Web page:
For all other businesses however, the National Employment Standards set out strict rules so that terminating employment is done in a fair and appropriate manner. When making an employee’s position redundant, it’s critical that the redundancy itself is a “genuine redundancy” and that you pay eligible employees a statutory entitlement to a redundancy payment. Remember, employees need only work for your business for six months to be eligible to make an unfair dismissal claim.
Fair Work Australia takes a number of factors into account when judging whether an unfair dismissal claim has merit. This includes whether a valid reason for the dismissal was given, whether your employee was advised of this reason and whether your employee was given a chance to respond to the reason given.
In any termination, employers must advise their employees of their right to have a support person present. Any termination that is not face to face, or at the very least, does not give the employee the ability to respond to the reasons for a termination. will breach the law. Clearly, using text messaging to dismiss an employee fails to comply with the Fair Work Act and the National Employment Standards.
Harmonised OH&S legislation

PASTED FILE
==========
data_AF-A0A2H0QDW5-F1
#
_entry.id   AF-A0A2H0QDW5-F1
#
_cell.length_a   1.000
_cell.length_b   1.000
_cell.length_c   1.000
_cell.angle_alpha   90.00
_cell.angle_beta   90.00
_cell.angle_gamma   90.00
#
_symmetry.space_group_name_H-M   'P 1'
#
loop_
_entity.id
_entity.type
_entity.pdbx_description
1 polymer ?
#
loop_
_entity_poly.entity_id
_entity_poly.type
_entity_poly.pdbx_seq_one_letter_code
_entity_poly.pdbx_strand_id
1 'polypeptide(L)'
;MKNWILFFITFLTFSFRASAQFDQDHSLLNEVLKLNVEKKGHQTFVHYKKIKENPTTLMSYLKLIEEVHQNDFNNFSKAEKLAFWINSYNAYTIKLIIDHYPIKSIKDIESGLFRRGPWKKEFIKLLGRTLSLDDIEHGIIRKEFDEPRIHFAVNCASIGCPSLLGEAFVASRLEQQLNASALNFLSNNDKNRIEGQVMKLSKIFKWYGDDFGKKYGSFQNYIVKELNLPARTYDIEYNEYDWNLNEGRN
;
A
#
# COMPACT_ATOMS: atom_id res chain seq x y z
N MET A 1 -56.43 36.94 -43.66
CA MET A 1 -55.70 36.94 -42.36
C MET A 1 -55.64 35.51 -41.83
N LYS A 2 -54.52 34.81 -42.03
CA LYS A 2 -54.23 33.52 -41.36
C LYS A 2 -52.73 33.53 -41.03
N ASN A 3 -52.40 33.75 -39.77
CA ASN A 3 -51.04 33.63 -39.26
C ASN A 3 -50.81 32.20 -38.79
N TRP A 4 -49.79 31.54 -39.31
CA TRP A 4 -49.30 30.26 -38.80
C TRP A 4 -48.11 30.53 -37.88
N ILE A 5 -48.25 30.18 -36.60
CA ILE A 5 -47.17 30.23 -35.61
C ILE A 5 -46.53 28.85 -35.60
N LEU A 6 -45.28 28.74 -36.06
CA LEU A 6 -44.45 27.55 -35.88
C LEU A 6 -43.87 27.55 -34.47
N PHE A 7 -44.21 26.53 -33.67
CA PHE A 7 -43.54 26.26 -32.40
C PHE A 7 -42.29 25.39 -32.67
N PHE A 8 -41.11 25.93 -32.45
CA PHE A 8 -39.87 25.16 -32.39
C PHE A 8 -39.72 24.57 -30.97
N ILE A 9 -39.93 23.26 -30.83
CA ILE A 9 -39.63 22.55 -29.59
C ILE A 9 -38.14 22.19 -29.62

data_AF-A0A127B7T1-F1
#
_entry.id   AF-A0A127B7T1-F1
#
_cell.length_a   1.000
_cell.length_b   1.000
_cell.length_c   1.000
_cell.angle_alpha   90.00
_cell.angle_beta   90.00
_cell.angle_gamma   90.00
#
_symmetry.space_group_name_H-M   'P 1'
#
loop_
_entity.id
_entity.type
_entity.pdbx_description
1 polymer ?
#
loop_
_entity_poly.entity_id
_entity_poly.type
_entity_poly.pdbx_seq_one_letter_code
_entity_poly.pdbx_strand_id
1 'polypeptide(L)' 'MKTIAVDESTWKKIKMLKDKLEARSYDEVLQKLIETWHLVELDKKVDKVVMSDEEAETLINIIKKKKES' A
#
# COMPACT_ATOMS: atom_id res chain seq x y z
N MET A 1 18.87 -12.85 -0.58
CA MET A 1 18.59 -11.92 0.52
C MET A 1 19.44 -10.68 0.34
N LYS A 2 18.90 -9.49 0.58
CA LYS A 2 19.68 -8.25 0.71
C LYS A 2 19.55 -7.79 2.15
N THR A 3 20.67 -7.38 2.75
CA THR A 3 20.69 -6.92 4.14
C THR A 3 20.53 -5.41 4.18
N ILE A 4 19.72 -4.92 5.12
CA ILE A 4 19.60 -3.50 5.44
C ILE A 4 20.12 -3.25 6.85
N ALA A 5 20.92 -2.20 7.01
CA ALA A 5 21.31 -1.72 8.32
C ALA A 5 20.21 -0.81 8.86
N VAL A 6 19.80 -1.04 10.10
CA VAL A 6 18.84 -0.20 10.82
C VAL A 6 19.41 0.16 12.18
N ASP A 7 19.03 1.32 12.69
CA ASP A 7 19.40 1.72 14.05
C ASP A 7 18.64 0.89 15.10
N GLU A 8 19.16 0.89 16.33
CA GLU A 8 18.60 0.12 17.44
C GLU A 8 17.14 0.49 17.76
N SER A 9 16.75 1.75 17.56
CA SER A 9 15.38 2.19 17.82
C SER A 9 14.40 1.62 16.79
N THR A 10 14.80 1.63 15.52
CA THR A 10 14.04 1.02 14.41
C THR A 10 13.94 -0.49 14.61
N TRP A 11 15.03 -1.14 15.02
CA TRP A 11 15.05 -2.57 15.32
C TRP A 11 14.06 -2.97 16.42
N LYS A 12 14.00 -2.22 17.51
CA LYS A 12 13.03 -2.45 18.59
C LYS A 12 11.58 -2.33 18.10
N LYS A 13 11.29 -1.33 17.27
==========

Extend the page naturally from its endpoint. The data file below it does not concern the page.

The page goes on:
Minimising reckless and dangerous behaviour at work and ensuring workers and others are not exposed to a risk to their health or safety will be thrust into the spotlight in the coming months. As of 1 January 2012, significant changes to Occupational Health and Safety Laws come into effect across Australia.
The new changes are part of a “harmonised” system rather than a national one. Each jurisdiction will enact its own piece of legislation in line with the agreed model Work Health and Safety (WHS) Act, but with state variations of a limited nature. The new reforms impose a positive duty upon “officers” of companies (which includes directors) to exercise due diligence to ensure compliance with OHS laws. The penalties for breaching OHS laws will also be increased significantly.
In practice, this will require company directors and executives to ensure that the company has in place best practice OHS safety management systems and that there is appropriate reporting and review of OHS issues at board level.
With the introduction of the new Work Health & Safety Laws in January next year, it’s a good time now to review and improve your Work Health and Safety (WHS) management. Undertaking an audit of your Work Health and Safety compliance will help minimise your business risk and provide a checklist to remedy any non-compliance.